Are you currently interviewing candidates for the first time? Maybe you’re worried about how to phrase a particular question without overstepping the mark or perhaps you simply want to make sure that your company’s interview questions aren’t too imposing? Whether you are interviewing for the first time or would like a point of reference – make sure you avoid any awkwardness by staying clear of the following topics:
1. I was looking at your Facebook profile and I noticed that…
It’s no secret that many potential employers will research the interviewing candidate on social media and/or give them a quick google ahead of the interview – and this is fine! However, steer clear of mentioning your findings or personal opinion about a candidate based on their social media presence. Not only is this a subjective opinion that you are forming – it’s highly unlikely what they got up to last Saturday night has any correlation to their ability to perform the required tasks for the role which they applied for!
2. Do you have a boyfriend/girlfriend?
Aside from being completely unrelated and weird, this is an intrusive question and it can make candidates feel very uncomfortable! If you would like to make general conversation stay clear of anything that could be misinterpreted by the candidate interviewing and opt for safer questions about the weather or why not their plans for the rest of the day.
3. How would you manage in a team full of guys/girls?
Whilst it’s obviously important to ensure that any potential hire will fit well into the current team dynamic make sure you avoid questions which highlight a candidate’s gender or personal characteristics. The fact that the candidate is female/male in a predominantly gender biased office doesn’t impede their ability to do the job. Moreover, if you ask this question and the candidate doesn’t get the job you are at risk of the candidate thinking that you made a sexist decision.
4. How much do you want to earn?
As a candidate, having been asked this question during interview I can’t help but feel like this is a ridiculous question! When asked, in my head I picture myself in my imaginary penthouse on the beach – of course, everyone wants to earn as much as possible. Instead, based on the answers given by a candidate during the interview process you should be able to gauge how much the company can justify allocating towards the salary for this candidate against the general market.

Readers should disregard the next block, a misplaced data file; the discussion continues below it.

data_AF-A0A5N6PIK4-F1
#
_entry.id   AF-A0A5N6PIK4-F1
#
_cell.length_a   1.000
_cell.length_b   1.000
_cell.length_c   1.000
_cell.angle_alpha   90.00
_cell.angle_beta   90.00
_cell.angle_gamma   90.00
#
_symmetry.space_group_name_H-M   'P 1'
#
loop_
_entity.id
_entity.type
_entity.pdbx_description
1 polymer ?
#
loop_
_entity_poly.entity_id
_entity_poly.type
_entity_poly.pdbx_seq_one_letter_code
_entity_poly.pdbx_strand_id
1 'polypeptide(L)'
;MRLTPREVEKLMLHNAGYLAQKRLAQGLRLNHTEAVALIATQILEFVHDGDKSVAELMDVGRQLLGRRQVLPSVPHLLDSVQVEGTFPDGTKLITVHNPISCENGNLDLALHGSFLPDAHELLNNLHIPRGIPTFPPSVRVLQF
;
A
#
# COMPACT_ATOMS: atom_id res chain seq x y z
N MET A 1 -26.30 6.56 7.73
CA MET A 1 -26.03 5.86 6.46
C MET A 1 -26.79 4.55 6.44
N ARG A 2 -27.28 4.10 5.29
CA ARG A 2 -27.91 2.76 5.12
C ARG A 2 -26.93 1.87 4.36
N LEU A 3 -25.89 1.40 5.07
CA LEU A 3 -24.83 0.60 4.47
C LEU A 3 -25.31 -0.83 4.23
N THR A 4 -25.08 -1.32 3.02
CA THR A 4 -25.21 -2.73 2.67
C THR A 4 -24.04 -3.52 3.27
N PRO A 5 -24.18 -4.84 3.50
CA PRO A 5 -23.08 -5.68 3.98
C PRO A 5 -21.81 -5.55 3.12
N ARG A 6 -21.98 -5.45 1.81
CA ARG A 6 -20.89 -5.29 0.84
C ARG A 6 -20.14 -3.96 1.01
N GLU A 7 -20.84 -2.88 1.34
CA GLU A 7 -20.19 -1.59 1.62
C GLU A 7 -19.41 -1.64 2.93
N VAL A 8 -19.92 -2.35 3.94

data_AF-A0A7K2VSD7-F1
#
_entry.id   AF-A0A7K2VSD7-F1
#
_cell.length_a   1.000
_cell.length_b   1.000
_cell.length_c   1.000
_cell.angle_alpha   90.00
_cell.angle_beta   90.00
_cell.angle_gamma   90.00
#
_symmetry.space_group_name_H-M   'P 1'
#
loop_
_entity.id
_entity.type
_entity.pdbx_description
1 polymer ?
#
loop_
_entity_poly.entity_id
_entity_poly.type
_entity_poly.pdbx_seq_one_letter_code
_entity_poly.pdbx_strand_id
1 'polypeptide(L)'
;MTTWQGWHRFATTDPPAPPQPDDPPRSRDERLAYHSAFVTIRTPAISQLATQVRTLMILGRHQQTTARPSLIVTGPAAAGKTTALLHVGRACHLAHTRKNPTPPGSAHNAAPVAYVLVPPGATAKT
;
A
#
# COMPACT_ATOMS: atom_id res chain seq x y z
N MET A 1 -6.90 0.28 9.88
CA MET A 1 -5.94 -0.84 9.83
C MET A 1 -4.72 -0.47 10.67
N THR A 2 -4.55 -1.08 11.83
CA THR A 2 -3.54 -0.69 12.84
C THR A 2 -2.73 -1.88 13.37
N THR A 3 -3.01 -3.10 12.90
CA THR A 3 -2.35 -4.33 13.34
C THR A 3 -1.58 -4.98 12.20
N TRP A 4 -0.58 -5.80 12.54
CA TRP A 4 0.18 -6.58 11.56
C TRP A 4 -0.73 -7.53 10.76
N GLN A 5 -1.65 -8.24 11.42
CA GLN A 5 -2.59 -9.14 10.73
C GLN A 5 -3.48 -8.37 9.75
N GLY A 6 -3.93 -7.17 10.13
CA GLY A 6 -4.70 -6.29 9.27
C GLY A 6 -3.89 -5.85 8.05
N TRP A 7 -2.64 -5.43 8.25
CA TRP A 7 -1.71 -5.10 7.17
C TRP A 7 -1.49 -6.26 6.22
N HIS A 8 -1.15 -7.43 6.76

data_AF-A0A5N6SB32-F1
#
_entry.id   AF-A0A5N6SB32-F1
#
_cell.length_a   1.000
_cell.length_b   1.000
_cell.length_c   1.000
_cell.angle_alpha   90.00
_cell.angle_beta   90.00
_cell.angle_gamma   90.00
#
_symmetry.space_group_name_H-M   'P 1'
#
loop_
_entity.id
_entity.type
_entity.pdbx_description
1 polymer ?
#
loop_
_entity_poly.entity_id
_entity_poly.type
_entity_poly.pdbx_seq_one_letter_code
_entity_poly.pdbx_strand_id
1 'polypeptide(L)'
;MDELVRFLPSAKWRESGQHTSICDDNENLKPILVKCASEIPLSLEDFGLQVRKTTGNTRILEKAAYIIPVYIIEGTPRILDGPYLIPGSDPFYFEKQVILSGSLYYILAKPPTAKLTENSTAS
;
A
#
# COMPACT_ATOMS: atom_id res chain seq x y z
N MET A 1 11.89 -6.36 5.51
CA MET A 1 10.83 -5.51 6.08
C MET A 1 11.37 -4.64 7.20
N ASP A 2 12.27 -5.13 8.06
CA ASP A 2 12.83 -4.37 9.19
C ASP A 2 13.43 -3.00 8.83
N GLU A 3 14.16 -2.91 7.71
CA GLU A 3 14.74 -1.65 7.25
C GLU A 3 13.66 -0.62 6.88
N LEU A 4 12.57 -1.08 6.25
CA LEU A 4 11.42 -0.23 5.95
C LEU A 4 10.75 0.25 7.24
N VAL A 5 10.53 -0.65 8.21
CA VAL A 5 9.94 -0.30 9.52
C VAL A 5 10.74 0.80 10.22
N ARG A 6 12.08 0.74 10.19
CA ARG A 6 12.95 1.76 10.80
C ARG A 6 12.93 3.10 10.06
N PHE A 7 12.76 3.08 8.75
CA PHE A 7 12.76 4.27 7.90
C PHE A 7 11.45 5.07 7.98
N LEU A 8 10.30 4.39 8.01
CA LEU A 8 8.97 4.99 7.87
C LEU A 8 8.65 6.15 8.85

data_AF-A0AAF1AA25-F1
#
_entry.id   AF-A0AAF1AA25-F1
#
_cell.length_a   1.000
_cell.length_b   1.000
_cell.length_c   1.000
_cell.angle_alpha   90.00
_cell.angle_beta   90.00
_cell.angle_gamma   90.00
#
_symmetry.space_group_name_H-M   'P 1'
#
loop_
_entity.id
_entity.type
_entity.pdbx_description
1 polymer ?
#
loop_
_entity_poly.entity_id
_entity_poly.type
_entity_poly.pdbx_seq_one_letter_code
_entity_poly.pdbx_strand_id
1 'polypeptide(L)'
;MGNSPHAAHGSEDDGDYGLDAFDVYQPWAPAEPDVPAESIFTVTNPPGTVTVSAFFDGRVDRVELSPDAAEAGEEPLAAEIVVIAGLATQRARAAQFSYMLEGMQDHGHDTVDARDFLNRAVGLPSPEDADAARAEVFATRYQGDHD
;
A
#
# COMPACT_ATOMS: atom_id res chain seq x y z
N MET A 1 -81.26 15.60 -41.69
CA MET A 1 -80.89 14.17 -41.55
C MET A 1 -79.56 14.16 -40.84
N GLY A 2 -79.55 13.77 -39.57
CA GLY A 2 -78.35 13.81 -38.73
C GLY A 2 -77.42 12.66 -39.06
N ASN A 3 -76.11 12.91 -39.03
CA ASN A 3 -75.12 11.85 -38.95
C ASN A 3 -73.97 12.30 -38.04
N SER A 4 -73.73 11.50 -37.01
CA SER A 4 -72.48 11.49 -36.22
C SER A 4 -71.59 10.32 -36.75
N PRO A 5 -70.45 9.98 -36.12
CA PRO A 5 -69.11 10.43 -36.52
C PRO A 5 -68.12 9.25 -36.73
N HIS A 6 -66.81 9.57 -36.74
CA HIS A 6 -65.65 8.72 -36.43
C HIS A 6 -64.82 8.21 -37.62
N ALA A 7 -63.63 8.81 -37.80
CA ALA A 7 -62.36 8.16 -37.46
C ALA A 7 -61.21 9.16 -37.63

5. I’m interviewing another X people this week for the same job; why should I hire you?
Aside from the fact that you’re asking a candidate to compare themselves to people which they know nothing about it’s a very awkwardly phrased question which could easily rub a candidate up the wrong way. Instead, ask them (based on your conversation/their communication about the responsibilities of the job role) how their experience and personal traits could add value to the organisation. From this answer, you can personally make comparisons between the answers which they give and the answers given by other candidates throughout the process.
6. Do you have any problems going out drinking with the office on Fridays?
Whether office drinks are part of your work culture or not it shouldn’t matter whether someone likes to go out for a drink on a Friday as it has no bearing on their ability to do the job they are interviewing for. Ensuring that there is a good, diverse team will mean that your workforce will have mixed interests and skill sets but these should complement each other.
The easiest way to compare this to real life is to think of your office team as a football team – whilst it would be great to have a Lionel Messi, if you had 11 Lionel’s and no defensive players / goalkeeper your team would have a fundamental defence problem! Instead of directly asking a candidate about work drinks, make sure that during the interview you highlight the company culture and any other (non-drink related) perks/incentives.
7. Where do you see yourself in 5-10 years?
This is why this question is ineffective – how many people can truly say that they are in exactly the position/role/walk of life which they envisaged this long ago? It’s highly unlikely that you are going to be able to effectively estimate economic change and the impact that this will have on the need to evolve in the industry. All the candidate is going to be able to answer in a roundabout way is that they want to be as successful as possible or they’ll throw a textbook high-flying job title at you. You’d hope that you’d be able to gauge from the previous answers given throughout the process whether this candidate has a genuine drive to do well. Instead ask them an open question about their career goals and how they think that this role would help them to reach those goals.
Whether a candidate is successful or not you want them to enjoy the experience and leave the interview process feeling like your company is one that they would like to work for, whether that’s now or in the future. Bad interview practice doesn’t bode well for a company’s reputation, especially with online review sites like Glassdoor at the candidate’s fingertips in an age where the importance of a company’s online brand is only ever increasing! Make sure you represent your brand in the best possible way by conducting a professional interview, stay away from personal questions and couple it with detailed constructive interview feedback and timely responses.